• Abdou AM, Higashiguchi S, Horie K, Kim M, Hatta H, Yokogoshi H. Relaxation and immunity enhancement effects of gamma-aminobutyric acid (GABA) administration in humans. BioFactors (Oxford, England). 2006;26(3):201-208.
  • Yamatsu A, Yamashita Y, Pandharipande T, Maru I, Kim M. Effect of oral γ-aminobutyric acid (GABA) administration on sleep and its absorption in humans. Food Sci Biotechnol. 2016;25(2):547-551.
  • Kang HJ, Nam ES, Lee Y, Kim M. How Strong is the Evidence for the Anxiolytic Efficacy of Lavender?: Systematic Review and Meta-analysis of Randomized Controlled Trials. Asian Nurs Res (Korean Soc Nurs Sci). 2019;13(5):295-305.
  • Seifritz E, Schläfke S, Holsboer-Trachsler E. Beneficial effects of Silexan on sleep are mediated by its anxiolytic effect. Journal of psychiatric research. 2019;115:69-74.
  • Appel K, Rose T, Fiebich B, Kammler T, Hoffmann C, Weiss G. Modulation of the γ-aminobutyric acid (GABA) system by
  • Passiflora incarnata L. Phytother Res. 2011;25(6):838-843.
    Aslanargun P, Cuvas O, Dikmen B, Aslan E, Yuksel MU. Passiflora incarnata Linneaus as an anxiolytic before spinal anesthesia. Journal of anesthesia. 2012;26(1):39-44.
  • Yoto A, Murao S, Motoki M, et al. Oral intake of γ-aminobutyric acid affects mood and activities of central nervous system during stressed condition induced by mental tasks. Amino Acids. 2012;43(3):1331-1337.
  • Weeks BS. Formulations of dietary supplements and herbal extracts for relaxation and anxiolytic action: Relarian. Med Sci Monit. 2009;15(11):Ra256-262.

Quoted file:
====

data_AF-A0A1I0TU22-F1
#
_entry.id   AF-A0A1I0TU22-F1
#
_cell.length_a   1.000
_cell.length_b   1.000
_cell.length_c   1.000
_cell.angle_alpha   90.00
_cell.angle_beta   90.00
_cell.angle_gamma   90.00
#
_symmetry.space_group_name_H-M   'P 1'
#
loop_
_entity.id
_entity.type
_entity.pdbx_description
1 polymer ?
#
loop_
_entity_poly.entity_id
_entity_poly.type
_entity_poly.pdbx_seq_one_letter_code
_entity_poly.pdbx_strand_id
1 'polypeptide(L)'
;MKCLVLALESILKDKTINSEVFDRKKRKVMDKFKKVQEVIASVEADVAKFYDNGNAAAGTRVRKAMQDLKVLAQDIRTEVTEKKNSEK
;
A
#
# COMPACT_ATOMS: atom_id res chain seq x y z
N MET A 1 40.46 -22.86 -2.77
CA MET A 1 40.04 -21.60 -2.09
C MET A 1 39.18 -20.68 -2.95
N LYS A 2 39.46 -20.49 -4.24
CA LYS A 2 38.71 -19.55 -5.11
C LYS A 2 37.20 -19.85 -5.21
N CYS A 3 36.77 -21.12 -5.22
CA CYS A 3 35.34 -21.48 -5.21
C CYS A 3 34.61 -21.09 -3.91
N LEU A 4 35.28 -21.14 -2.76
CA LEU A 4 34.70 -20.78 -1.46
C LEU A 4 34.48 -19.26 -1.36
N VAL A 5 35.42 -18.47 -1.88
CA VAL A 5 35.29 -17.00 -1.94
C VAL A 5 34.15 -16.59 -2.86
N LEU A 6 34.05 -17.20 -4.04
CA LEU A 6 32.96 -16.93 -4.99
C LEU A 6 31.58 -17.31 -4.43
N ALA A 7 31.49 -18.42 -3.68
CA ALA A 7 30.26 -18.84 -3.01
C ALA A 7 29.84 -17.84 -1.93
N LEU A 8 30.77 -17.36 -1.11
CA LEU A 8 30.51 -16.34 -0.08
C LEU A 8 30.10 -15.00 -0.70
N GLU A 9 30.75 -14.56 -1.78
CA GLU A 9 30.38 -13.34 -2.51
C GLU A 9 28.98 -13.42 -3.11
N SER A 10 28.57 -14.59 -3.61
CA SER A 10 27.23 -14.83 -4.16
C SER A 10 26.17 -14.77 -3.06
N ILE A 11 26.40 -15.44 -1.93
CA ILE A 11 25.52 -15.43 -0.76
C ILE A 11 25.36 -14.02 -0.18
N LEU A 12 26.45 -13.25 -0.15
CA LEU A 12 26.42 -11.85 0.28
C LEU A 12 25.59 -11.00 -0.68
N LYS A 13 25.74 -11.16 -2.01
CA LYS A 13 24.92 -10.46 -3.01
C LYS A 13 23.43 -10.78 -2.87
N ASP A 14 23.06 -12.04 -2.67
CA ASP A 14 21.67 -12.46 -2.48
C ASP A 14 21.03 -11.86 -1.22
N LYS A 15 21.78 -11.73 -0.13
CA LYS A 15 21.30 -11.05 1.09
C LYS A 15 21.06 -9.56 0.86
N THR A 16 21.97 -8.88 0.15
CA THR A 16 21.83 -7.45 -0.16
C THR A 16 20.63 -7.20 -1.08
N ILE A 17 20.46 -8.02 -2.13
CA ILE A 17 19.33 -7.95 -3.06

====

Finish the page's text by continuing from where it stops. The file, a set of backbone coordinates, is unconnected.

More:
• Sharma A, Angulo-Bejarano PI, Madariaga-Navarrete A, et al. Multidisciplinary Investigations on Galphimia glauca: A Mexican Medicinal Plant with Pharmacological Potential. Molecules (Basel, Switzerland). 2018;23(11).
  • Abadi S, Papoushek C, Evans MF. Is kava extract effective for treating anxiety? Canadian family physician Medecin de famille canadien. 2001;47:1745-1747.
  • Pittler MH, Ernst E. Kava extract for treating anxiety. The Cochrane database of systematic reviews. 2003(1):Cd003383.
  • Pittler MH, Ernst E. Efficacy of kava extract for treating anxiety: systematic review and meta-analysis. Journal of clinical psychopharmacology. 2000;20(1):84-89.
  • Witte S, Loew D, Gaus W. Meta-analysis of the efficacy of the acetonic kava-kava extract WS1490 in patients with non-psychotic anxiety disorders. Phytother Res. 2005;19(3):183-188.
  • Ooi SL, Henderson P, Pak SC. Kava for Generalized Anxiety Disorder: A Review of Current Evidence. Journal of alternative and complementary medicine (New York, NY). 2018;24(8):770-780.
  • Stevinson C, Huntley A, Ernst E. A systematic review of the safety of kava extract in the treatment of anxiety. Drug safety. 2002;25(4):251-261.
  • White CM. The Pharmacology, Pharmacokinetics, Efficacy, and Adverse Events Associated With Kava. J Clin Pharmacol. 2018;58(11):1396-1405.

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  • Malcolm BJ, Tallian K. Essential oil of lavender in anxiety disorders: Ready for prime time? The mental health clinician. 2017;7(4):147-155.
  • López V, Nielsen B, Solas M, Ramírez MJ, Jäger AK. Exploring Pharmacological Mechanisms of Lavender (Lavandula angustifolia) Essential Oil on Central Nervous System Targets. Front Pharmacol. 2017;8:280.
  • Sayed AM, Morsy S, Tawfik GM, et al. The best route of administration of lavender for anxiety: a systematic review and network meta-analysis. General hospital psychiatry. 2020;64:33-40.
  • Shady K, Nair JM, Crannell C. Lavender Aromatherapy: Examining the Effects of Lavender Oil Patches on Patients in the Hematology-Oncology Setting. Clinical journal of oncology nursing. 2019;23(5):502-508.
  • Karan NB. Influence of lavender oil inhalation on vital signs and anxiety: A randomized clinical trial. Physiology & behavior. 2019;211:112676.
  • Donelli D, Antonelli M, Bellinazzi C, Gensini GF, Firenzuoli F. Effects of lavender on anxiety: A systematic review and meta-analysis. Phytomedicine. 2019;65:153099.